Elladan and Elrohir watched as Glorfindel too left the courtyard, bidden by him to stay lest all three fall and Minas Tirith be left without counsel that they might offer. And so silently they watched as that company of men slowly marched across the field of Pelennor. Before them had come many others wounded, fleeing on horse and in wains and on foot.
Now the main retreat was scarcely two furlongs distant. Out of the gloom behind a small company of horsemen galloped, all that was left of the rearguard. Once again they turned at bay, facing the oncoming lines of fire. Then suddenly there was a tumult of fierce cries. Horsemen of the enemy swept up. The lines of fire became flowing torrents, file upon file of Orcs bearing flames, and wild Southron men with red banners, shouting with harsh tongues, surging up, overtaking the retreat. And with a piercing cry out of the dim sky fell the winged shadows, the Nazgûl stooping to the kill. The retreat became a rout. Already men were breaking away, flying wild and witless here and there, flinging away their weapons, crying out in fear, falling to the ground.
Then out from the midst of the rout a horn let loose its cry. Loud the challenge rang and bellowed, like the shout of many throats upon the open field. For a moment the orcs quailed and the fiery rivers halted and the winged shadows flinched and wheeled away. The men upon the field regained their courage and began to band together once again, and for a brief moment hope flickered in the hearts of those that were in the city. Then the echoes died as suddenly as a flame blown out by a dark wind, and the enemy advanced again.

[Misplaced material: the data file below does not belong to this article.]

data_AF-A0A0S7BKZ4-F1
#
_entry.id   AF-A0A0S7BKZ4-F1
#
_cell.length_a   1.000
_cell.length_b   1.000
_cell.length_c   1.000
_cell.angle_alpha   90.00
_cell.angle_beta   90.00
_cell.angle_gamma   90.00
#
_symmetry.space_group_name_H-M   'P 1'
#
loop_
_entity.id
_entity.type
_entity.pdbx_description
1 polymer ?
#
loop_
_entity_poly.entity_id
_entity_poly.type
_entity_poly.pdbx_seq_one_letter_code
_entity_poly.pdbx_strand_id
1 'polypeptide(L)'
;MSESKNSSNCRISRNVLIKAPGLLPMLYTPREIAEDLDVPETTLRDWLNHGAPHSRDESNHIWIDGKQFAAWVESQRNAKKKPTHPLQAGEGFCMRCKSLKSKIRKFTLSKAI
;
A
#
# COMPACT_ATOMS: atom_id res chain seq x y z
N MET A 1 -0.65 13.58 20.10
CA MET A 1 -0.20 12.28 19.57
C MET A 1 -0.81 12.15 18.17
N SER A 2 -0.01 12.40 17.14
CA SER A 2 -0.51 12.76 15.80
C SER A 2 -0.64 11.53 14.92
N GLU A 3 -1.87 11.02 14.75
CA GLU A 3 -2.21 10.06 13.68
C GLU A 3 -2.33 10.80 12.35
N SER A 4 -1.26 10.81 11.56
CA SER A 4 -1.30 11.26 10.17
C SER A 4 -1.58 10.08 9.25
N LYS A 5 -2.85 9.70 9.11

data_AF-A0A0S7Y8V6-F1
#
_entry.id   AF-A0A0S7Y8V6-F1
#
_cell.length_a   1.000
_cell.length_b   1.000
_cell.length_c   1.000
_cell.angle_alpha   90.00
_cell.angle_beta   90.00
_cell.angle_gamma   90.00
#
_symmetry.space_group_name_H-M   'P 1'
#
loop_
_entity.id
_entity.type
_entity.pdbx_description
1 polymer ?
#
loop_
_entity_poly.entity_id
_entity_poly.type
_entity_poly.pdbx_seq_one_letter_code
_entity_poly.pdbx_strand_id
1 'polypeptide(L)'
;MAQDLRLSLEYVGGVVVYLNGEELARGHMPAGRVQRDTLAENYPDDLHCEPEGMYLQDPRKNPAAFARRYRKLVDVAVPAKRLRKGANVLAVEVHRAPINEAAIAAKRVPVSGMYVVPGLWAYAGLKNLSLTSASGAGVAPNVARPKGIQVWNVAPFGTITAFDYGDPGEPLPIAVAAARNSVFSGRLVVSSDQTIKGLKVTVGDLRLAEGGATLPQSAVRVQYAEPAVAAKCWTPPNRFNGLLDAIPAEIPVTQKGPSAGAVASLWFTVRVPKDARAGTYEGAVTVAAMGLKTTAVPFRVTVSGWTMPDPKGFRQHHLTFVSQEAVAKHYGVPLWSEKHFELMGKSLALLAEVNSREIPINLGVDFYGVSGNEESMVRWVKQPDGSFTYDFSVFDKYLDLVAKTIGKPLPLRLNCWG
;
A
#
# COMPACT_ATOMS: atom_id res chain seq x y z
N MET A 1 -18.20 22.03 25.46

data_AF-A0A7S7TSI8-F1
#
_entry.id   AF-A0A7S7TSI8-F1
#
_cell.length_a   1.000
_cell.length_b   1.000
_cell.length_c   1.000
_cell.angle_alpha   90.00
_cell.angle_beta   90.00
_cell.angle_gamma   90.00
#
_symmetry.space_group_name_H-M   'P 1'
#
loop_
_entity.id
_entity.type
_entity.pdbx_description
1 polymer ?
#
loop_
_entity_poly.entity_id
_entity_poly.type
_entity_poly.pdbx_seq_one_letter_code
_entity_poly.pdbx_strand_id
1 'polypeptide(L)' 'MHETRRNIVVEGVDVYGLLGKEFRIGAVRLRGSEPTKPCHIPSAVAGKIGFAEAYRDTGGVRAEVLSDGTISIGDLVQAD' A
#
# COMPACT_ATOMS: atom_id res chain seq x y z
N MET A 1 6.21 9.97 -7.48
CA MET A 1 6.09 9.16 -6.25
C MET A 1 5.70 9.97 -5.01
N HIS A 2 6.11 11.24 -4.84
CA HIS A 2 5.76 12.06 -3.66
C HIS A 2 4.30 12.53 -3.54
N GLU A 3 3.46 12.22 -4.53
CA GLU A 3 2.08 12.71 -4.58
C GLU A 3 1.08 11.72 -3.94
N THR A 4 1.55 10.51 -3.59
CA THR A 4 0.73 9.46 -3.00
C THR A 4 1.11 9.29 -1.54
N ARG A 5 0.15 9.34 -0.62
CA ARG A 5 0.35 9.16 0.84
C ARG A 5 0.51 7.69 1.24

And then a trumpet rang from the Citadel, and the sortie was at last released. Drawn up within the shadow of the Gate and under the looming walls outside they had waited for his signal: all the mounted men that were left in the City. Now they sprang forward, formed, quickened to a gallop, and charged with a great shout. And from the walls an answering shout went up; for foremost on the field rode the swan-knights of Dol Amroth with their Prince and his blue banner at their head.
“Amroth for Gondor!” they cried. “Amroth to Boromir!”
Like thunder they broke upon the enemy on either flank of the retreat; but one rider outran them all, for his rider bore no heavy armour or weaponry save Glamdring only. And Glorfindel seemed as it were to shine, unveiling the light of Valinor that dwelt within him, and from his person all shadow seemed to flee. The Nazgûl screeched and swept away, for their Captain was not yet come to challenge the white fire of his foe, and great was their terror of the memory of his wrath upon the banks of the Bruinen. The hosts of Morgul intent on their prey, taken at unawares in wild career, broke, scattering like sparks in a gale. The out-companies with a great cheer turned and smote their pursuers. Hunters became the hunted. The retreat became an onslaught. The field was strewn with stricken orcs and men, and a reek arose of torches cast away, sputtering out in swirling smoke. The cavalry rode on.